Friday, March 26, 2010

A matter of terminology

FSP Coordinator, Anne, was struggling with terminology but has finally found the answers.

Talk of the changing situation in the north. For a long time it was conflict and conflict and conflict. Now it is time for people to re-settle into their original homes. Over 70% of FSP beneficiaries were displaced into the municipality. And the FSP strategy of family strengthening provides for withdrawal of families who gain self reliance.

In the current situation, some families in Gulu are leaving the programme area to go back to their original homes. Will they also be reported to have been withdrawn? That can’t be. How about those who are uncooperative and all efforts to empower them have been received with cold hands?

This has been a battle in the programme and we finally settled for the following words:
Withdrawn for those who are phased off upon gaining self reliance.
Relocated for those who have gone back to their original homes.
Discontinued for those who are uncooperative or unwilling to work hard to gain self reliance as a family.

But that does not end the story; there are also those who have partly relocated but their children continue to study in town. They go to their village for holidays and this we refer to it as partial relocation.

Tuesday, March 23, 2010

Children’s library opens at the SOS Social Centre Gulu

A new children’s library recently opened at SOS Social Centre Gulu. It is the only children’s library in Gulu and was opened following donations of books by various organisations including UNICEF, Vision in Action, and the Gulu Rotary Club. The Gulu NGO Forum donated a computer which, it is hoped, funds permitting, is the first of many that will be in the library and will one day be connected to the internet. Another local community-based organisation donated the all-essential book shelves.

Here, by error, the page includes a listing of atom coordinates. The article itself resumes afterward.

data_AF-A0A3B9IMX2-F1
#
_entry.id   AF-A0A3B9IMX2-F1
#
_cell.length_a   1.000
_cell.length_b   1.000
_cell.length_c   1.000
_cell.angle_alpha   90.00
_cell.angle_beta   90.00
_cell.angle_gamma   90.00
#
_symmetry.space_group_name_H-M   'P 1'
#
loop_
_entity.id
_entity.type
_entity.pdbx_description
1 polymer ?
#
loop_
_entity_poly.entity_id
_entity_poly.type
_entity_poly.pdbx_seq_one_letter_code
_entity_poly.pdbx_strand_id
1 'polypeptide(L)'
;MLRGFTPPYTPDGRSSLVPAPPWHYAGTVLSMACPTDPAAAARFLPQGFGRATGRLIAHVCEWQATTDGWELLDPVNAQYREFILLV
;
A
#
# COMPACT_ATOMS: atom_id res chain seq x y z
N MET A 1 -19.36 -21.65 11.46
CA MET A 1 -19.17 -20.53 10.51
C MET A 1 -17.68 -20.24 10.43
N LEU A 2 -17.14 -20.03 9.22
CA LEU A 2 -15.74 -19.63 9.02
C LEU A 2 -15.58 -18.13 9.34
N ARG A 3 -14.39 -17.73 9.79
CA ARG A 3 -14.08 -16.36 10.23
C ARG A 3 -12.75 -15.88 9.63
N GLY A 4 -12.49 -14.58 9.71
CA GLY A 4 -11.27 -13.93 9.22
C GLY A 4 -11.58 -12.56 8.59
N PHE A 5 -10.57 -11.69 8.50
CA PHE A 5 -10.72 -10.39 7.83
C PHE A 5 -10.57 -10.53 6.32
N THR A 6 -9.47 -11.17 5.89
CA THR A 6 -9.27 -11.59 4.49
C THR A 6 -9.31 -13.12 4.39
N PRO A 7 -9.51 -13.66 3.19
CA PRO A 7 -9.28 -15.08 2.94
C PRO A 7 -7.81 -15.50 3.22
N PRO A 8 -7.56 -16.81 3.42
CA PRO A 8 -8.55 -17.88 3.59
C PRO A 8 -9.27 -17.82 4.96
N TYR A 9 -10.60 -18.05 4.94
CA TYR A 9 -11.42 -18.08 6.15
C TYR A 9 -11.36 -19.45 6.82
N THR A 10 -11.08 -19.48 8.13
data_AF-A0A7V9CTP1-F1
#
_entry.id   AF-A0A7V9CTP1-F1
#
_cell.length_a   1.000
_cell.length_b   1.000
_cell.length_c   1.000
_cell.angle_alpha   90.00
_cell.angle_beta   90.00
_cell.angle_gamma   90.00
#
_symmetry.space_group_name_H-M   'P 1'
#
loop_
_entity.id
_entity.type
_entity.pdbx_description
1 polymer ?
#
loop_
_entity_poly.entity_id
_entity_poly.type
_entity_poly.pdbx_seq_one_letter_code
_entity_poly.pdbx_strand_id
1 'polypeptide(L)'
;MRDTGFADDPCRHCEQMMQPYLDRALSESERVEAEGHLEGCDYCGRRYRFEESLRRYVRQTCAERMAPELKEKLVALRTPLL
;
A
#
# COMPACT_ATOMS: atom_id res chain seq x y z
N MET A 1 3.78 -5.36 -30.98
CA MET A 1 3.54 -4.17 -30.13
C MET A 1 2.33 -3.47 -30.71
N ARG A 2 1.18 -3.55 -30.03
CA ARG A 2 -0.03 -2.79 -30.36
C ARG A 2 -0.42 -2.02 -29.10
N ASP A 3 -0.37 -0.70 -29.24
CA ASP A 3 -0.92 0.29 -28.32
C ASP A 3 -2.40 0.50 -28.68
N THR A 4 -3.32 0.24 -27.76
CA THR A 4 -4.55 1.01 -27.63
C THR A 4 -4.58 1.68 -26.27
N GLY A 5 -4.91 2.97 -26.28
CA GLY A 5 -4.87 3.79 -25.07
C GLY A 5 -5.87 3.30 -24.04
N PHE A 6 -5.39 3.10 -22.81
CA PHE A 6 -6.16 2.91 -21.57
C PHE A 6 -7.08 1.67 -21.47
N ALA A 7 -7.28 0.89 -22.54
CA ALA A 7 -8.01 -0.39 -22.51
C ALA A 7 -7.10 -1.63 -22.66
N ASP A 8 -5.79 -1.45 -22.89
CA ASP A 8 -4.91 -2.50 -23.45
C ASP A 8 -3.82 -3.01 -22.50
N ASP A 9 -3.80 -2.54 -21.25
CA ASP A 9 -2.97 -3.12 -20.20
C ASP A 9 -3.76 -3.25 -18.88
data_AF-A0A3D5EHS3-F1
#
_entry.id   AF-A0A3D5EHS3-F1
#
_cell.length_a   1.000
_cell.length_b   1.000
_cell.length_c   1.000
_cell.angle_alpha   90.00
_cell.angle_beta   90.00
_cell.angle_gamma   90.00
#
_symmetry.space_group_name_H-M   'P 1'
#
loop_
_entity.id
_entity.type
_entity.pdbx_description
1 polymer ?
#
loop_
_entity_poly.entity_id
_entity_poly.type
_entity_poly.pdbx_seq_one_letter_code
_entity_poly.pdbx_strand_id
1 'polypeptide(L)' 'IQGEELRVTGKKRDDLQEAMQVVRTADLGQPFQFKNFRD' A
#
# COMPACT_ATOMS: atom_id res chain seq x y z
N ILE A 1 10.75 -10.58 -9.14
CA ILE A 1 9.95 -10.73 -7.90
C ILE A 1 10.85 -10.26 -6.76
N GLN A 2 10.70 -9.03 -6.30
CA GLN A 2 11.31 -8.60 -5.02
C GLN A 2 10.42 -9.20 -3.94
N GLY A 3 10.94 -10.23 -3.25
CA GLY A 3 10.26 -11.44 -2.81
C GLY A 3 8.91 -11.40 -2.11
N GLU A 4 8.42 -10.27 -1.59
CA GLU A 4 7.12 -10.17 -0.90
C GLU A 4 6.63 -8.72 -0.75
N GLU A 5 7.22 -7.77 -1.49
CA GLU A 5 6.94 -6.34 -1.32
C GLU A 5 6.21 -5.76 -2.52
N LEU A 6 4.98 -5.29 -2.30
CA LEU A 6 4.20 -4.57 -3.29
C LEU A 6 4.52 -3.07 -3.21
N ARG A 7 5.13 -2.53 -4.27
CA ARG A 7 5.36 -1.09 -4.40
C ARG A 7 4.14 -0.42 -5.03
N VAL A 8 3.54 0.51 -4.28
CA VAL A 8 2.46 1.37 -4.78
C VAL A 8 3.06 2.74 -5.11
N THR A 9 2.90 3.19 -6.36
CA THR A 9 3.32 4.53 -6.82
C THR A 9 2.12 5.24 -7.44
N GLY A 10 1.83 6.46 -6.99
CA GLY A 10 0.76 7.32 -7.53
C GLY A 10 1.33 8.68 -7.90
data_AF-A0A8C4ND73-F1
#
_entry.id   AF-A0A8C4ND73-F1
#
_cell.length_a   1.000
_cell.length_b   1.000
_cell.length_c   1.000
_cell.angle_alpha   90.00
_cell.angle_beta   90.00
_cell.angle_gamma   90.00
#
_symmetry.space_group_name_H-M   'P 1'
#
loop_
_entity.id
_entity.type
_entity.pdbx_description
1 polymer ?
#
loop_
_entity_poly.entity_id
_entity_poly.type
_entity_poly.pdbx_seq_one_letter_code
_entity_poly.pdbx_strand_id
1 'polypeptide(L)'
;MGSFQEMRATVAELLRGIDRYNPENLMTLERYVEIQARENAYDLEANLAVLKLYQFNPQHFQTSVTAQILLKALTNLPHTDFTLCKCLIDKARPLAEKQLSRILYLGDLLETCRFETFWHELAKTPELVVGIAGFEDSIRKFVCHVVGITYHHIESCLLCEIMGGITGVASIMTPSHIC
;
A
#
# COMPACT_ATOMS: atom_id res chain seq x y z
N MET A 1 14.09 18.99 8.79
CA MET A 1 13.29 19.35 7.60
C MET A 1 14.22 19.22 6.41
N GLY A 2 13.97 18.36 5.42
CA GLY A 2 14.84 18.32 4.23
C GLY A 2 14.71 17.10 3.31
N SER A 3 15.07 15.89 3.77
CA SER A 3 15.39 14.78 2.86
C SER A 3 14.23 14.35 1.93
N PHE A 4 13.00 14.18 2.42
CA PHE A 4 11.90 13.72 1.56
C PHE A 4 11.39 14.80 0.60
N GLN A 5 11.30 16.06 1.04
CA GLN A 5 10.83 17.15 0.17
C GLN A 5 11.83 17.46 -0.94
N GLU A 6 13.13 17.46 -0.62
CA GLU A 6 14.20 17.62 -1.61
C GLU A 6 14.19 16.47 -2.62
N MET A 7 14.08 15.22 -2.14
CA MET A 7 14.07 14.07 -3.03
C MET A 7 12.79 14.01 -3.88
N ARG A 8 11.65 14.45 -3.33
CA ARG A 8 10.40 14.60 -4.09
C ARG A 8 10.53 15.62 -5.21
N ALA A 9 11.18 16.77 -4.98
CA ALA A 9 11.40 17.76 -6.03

The aim of the new children’s library is to allow children access to resources which will enhance their education and create a reading culture. Fittingly, children were involved in the planning process and will be trained by an SOS Social Centre co-worker as volunteers in the library when they are not at school, and particularly during the school holidays. It is intended that the library, which also contains educational toys, will be used by all the children of the Gulu community and by local schools.

The opening ceremony, at which children thanked the donors, was attended by the local community and leaders of the local district council who said that the facility will go a long way to helping local children.

Once the library was declared open several children dived into the book shelves and sat down at the reading tables, totally absorbed in the books. The only noise came from the adults who were being shown around.

The verdict was ten out of ten for five year old Nancy, a local child from the community who commented, “I have seen some good books – I will continue coming here”.